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. Last Updated: 07/27/2016

Sun Interbrew Buys in Ukraine

The struggle for the lucrative beer market in the former Soviet Union is heating up south of the Russian border after leading producer Sun Interbrew bought a 51 percent stake in the Yantar brewery, a move that solidifies its position as the leading beer maker in Ukraine.

The deal concluded late last week with the Nikolayev-based Yantar brewery, which controls 9.4 percent of the Ukrainian beer market, gives Belgian-Turkish company Sun Interbrew a big boost in its expansion drive and brings to three the number of breweries it has in Ukraine.

"Sun Interbrew is looking to be the leading brewer in the CIS market," said G. Mitchell Krasny, vice president of finance at Sun Interbrew. "We already had an interest in two other Ukrainian breweries, so this really consolidates our market share."

Sun Interbrew became the Ukrainian market leader Sept. 30 when it took control of the Desna brewery in Chernigov. It also owns the Krym brewery in Simferopol as well as seven breweries in Russia.

Shares in Yantar are split between Sun Interbrew, the brewery's workers with 19 percent and three Western companies with 30 percent. Sun Interbrew bought the 51 percent stake from the three companies - Axis Investments Limited (Cyprus), EEDF Investments Limited (Cyprus) and The East Europe Frontiers Fund PLC (Ireland).

Krasny declined to give details of the purchase.

Operating at near full capacity, Yantar is expected to produce 75 million liters of beer this year, Sun Interbrew said in a statement. With the new brewery, Sun Interbrew expects to sell 185 million liters of beer in Ukraine this year, giving it 23.5 percent of the country's beer sales.

Sun Interbrew is seen by industry analysts as being caught in a tug of war with Baltic Beverages Holding, a Scandinavian firm, for leadership of the beer market. Both sides have been snapping up breweries throughout the Commonwealth of Independent States at a frantic pace over the past few years.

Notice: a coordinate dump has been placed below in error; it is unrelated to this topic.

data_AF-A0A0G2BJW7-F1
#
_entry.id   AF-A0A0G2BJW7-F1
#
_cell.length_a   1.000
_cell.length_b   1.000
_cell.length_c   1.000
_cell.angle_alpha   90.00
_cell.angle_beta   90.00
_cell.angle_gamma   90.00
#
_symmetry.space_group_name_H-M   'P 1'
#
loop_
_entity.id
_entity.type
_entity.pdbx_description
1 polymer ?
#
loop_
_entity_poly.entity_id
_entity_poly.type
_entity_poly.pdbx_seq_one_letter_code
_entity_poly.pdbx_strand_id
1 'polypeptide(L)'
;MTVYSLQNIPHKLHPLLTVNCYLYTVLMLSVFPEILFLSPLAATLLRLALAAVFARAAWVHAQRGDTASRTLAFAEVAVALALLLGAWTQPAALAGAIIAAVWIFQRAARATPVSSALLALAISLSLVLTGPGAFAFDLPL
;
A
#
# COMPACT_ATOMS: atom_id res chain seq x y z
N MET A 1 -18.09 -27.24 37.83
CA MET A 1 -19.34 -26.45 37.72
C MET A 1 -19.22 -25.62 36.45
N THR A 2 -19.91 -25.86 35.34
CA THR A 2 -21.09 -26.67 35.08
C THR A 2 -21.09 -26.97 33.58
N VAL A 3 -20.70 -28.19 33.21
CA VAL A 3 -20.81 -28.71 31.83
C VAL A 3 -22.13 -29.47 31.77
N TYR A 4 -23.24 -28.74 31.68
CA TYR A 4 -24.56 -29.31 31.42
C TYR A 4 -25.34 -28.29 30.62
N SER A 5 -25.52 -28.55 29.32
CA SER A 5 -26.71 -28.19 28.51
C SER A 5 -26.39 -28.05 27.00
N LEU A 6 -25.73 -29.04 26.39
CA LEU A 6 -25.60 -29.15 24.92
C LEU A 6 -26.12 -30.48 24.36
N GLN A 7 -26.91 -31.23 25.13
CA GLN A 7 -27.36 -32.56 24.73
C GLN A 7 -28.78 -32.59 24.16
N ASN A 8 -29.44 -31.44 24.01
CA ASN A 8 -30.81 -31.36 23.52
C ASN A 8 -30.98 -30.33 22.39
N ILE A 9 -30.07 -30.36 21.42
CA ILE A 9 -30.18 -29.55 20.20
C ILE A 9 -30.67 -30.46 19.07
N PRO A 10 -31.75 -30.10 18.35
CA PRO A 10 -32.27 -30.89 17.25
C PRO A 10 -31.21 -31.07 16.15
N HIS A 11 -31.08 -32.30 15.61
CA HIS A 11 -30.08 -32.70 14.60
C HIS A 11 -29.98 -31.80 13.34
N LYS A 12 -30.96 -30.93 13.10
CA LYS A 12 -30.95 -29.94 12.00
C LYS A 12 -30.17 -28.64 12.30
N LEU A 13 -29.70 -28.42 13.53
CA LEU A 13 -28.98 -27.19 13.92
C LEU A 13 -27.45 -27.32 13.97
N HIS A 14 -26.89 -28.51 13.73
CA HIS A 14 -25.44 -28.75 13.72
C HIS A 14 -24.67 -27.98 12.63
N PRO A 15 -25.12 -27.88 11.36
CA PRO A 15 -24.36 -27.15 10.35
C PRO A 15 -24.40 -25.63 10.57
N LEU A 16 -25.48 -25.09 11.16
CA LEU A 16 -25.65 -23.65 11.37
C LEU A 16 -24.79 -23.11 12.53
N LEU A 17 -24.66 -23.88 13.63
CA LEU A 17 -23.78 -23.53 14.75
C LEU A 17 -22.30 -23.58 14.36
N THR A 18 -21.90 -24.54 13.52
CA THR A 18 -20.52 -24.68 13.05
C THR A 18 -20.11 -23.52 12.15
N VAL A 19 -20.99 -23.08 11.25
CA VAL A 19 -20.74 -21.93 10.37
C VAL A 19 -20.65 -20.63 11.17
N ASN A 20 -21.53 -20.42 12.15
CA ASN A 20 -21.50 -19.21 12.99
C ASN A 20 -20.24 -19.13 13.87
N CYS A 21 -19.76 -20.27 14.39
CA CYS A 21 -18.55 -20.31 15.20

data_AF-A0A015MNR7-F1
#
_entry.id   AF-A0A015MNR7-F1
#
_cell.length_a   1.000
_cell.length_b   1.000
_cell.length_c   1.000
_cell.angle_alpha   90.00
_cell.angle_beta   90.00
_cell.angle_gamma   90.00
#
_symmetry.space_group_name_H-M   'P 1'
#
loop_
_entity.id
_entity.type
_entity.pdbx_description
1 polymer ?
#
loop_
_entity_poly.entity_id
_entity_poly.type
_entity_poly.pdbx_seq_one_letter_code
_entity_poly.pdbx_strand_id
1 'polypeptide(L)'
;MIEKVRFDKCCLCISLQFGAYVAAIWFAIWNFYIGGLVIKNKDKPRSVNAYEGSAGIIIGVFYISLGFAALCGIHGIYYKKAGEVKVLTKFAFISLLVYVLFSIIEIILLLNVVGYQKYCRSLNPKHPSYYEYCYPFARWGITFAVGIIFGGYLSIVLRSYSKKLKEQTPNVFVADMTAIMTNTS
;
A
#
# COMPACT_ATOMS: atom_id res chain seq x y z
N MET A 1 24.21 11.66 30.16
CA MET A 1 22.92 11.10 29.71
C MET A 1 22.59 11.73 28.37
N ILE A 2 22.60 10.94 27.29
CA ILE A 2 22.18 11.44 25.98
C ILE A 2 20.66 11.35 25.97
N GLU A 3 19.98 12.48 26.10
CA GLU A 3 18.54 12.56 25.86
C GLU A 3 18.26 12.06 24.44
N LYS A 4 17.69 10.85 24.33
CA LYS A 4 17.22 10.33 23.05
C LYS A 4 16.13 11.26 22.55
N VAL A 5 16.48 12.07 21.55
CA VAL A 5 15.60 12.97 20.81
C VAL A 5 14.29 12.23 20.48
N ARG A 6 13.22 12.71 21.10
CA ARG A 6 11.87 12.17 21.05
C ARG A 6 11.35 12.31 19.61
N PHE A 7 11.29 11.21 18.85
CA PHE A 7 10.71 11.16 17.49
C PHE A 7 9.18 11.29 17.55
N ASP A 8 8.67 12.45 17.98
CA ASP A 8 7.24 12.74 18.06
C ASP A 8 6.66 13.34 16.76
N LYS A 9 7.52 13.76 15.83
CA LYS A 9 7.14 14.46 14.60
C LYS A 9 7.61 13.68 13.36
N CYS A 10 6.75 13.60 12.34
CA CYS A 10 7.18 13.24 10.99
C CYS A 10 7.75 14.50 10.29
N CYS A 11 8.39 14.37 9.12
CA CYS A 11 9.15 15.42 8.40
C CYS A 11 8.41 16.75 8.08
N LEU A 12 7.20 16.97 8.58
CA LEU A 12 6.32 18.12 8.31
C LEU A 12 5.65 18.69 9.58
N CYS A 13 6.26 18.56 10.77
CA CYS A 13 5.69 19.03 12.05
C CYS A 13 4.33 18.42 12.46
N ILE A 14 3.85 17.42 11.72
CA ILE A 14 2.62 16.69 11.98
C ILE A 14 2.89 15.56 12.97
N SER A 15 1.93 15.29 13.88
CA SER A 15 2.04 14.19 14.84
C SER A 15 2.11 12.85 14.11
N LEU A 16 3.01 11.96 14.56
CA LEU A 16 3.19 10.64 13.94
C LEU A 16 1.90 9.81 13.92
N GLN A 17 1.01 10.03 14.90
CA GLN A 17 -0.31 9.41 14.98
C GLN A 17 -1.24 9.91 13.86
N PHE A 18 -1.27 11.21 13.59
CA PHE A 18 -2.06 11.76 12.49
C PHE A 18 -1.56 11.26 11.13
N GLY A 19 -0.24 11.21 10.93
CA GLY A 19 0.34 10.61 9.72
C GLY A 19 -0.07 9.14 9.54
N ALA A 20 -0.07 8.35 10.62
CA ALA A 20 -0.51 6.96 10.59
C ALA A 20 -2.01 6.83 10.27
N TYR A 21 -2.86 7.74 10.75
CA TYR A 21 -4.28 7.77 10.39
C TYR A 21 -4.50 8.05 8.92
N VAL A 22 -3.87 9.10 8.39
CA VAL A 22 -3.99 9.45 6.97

In Russia, Sun Interbrew is the second largest beer producer, trailing BBH's estimated 21 percent share with 17 percent of the market.

Analysts said Sun Interbrew's Ukrainian deal was the latest step in a battle for the CIS beer market and part of a general consolidation that is seeing smaller players being acquired by the leaguers.

"There's been a struggle between the two main competitors in the market," said Maria Tarulina, consumer goods analyst at Troika Dialog brokerage.

The Ukrainian beer market has a slower growth rate than Russia's, so Sun Interbrew was probably expanding to keep the lead as it puts its bets on the market's potential, she said.

Krasny, however, said the real struggle will probably not kick off until next year because in 1999 there was sufficient demand to cover the beer that was produced.

Analysts estimate that the Russian beer market grew 30 percent this year, but predict it will grow only 15 percent in 2000.

In a bid to perhaps hedge its bets, Sun Interbrew is preparing to launch an advertising campaign next spring to promote its brands.

"Historically, we did not spend as much on marketing as some other brewers," Krasny said, adding that funds have instead been allocated to raising capacity and quality at Sun's existing breweries.

While Krasny declined to give details about the drive, Euromarketing reported earlier this month that the plan was in response to aggressive marketing campaigns held by rivals such as Turkey's Efes and South African Breweries, which each spent about $2 million to support their brands in 1999.